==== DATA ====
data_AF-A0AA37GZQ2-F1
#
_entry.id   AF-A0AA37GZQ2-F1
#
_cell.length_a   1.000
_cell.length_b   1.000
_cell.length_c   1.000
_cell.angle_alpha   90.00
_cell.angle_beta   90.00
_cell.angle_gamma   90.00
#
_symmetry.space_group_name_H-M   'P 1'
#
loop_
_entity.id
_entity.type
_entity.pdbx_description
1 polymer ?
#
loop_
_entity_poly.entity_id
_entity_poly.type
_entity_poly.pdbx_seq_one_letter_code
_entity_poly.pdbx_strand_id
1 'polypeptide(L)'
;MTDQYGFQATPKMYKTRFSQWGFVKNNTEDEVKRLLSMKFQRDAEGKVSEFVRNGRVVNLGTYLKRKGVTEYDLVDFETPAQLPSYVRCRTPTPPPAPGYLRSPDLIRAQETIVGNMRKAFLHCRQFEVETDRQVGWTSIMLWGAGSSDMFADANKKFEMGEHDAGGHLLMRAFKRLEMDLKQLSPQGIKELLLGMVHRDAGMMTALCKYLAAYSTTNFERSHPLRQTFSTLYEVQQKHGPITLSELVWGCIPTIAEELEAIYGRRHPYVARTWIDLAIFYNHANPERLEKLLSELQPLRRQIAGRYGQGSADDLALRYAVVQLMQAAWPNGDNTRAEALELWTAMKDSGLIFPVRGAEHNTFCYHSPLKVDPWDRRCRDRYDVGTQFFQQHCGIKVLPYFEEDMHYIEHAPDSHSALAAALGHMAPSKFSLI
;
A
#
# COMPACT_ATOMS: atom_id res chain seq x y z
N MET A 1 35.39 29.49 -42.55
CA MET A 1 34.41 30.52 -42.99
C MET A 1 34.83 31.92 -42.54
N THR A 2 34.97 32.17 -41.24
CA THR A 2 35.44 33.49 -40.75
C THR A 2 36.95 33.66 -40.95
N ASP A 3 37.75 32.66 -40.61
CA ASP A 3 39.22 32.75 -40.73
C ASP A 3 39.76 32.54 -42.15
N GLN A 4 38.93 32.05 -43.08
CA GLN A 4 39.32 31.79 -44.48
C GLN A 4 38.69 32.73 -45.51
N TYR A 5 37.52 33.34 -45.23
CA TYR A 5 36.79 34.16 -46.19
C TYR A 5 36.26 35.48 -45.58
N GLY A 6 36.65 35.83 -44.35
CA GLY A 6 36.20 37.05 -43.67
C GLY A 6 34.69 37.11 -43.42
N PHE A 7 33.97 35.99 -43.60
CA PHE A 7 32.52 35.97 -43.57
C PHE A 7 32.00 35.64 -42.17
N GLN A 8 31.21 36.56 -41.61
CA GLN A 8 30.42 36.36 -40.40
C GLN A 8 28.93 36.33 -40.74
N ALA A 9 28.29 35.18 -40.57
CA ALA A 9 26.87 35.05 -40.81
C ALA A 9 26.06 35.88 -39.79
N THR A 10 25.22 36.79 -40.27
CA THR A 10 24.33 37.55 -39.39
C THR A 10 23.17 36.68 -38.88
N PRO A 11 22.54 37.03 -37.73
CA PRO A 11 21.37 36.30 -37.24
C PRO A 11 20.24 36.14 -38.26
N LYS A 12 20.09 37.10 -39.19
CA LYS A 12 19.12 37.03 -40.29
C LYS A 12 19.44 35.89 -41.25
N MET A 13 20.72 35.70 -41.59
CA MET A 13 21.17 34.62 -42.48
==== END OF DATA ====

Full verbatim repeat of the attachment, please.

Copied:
data_AF-A0AA37GZQ2-F1
#
_entry.id   AF-A0AA37GZQ2-F1
#
_cell.length_a   1.000
_cell.length_b   1.000
_cell.length_c   1.000
_cell.angle_alpha   90.00
_cell.angle_beta   90.00
_cell.angle_gamma   90.00
#
_symmetry.space_group_name_H-M   'P 1'
#
loop_
_entity.id
_entity.type
_entity.pdbx_description
1 polymer ?
#
loop_
_entity_poly.entity_id
_entity_poly.type
_entity_poly.pdbx_seq_one_letter_code
_entity_poly.pdbx_strand_id
1 'polypeptide(L)'
;MTDQYGFQATPKMYKTRFSQWGFVKNNTEDEVKRLLSMKFQRDAEGKVSEFVRNGRVVNLGTYLKRKGVTEYDLVDFETPAQLPSYVRCRTPTPPPAPGYLRSPDLIRAQETIVGNMRKAFLHCRQFEVETDRQVGWTSIMLWGAGSSDMFADANKKFEMGEHDAGGHLLMRAFKRLEMDLKQLSPQGIKELLLGMVHRDAGMMTALCKYLAAYSTTNFERSHPLRQTFSTLYEVQQKHGPITLSELVWGCIPTIAEELEAIYGRRHPYVARTWIDLAIFYNHANPERLEKLLSELQPLRRQIAGRYGQGSADDLALRYAVVQLMQAAWPNGDNTRAEALELWTAMKDSGLIFPVRGAEHNTFCYHSPLKVDPWDRRCRDRYDVGTQFFQQHCGIKVLPYFEEDMHYIEHAPDSHSALAAALGHMAPSKFSLI
;
A
#
# COMPACT_ATOMS: atom_id res chain seq x y z
N MET A 1 35.39 29.49 -42.55
CA MET A 1 34.41 30.52 -42.99
C MET A 1 34.83 31.92 -42.54
N THR A 2 34.97 32.17 -41.24
CA THR A 2 35.44 33.49 -40.75
C THR A 2 36.95 33.66 -40.95
N ASP A 3 37.75 32.66 -40.61
CA ASP A 3 39.22 32.75 -40.73
C ASP A 3 39.76 32.54 -42.15
N GLN A 4 38.93 32.05 -43.08
CA GLN A 4 39.32 31.79 -44.48
C GLN A 4 38.69 32.73 -45.51
N TYR A 5 37.52 33.34 -45.23
CA TYR A 5 36.79 34.16 -46.19
C TYR A 5 36.26 35.48 -45.58
N GLY A 6 36.65 35.83 -44.35
CA GLY A 6 36.20 37.05 -43.67
C GLY A 6 34.69 37.11 -43.42
N PHE A 7 33.97 35.99 -43.60
CA PHE A 7 32.52 35.97 -43.57
C PHE A 7 32.00 35.64 -42.17
N GLN A 8 31.21 36.56 -41.61
CA GLN A 8 30.42 36.36 -40.40
C GLN A 8 28.93 36.33 -40.74
N ALA A 9 28.29 35.18 -40.57
CA ALA A 9 26.87 35.05 -40.81
C ALA A 9 26.06 35.88 -39.79
N THR A 10 25.22 36.79 -40.27
CA THR A 10 24.33 37.55 -39.39
C THR A 10 23.17 36.68 -38.88
N PRO A 11 22.54 37.03 -37.73
CA PRO A 11 21.37 36.30 -37.24
C PRO A 11 20.24 36.14 -38.26
N LYS A 12 20.09 37.10 -39.19
CA LYS A 12 19.12 37.03 -40.29
C LYS A 12 19.44 35.89 -41.25
N MET A 13 20.72 35.70 -41.59
CA MET A 13 21.17 34.62 -42.48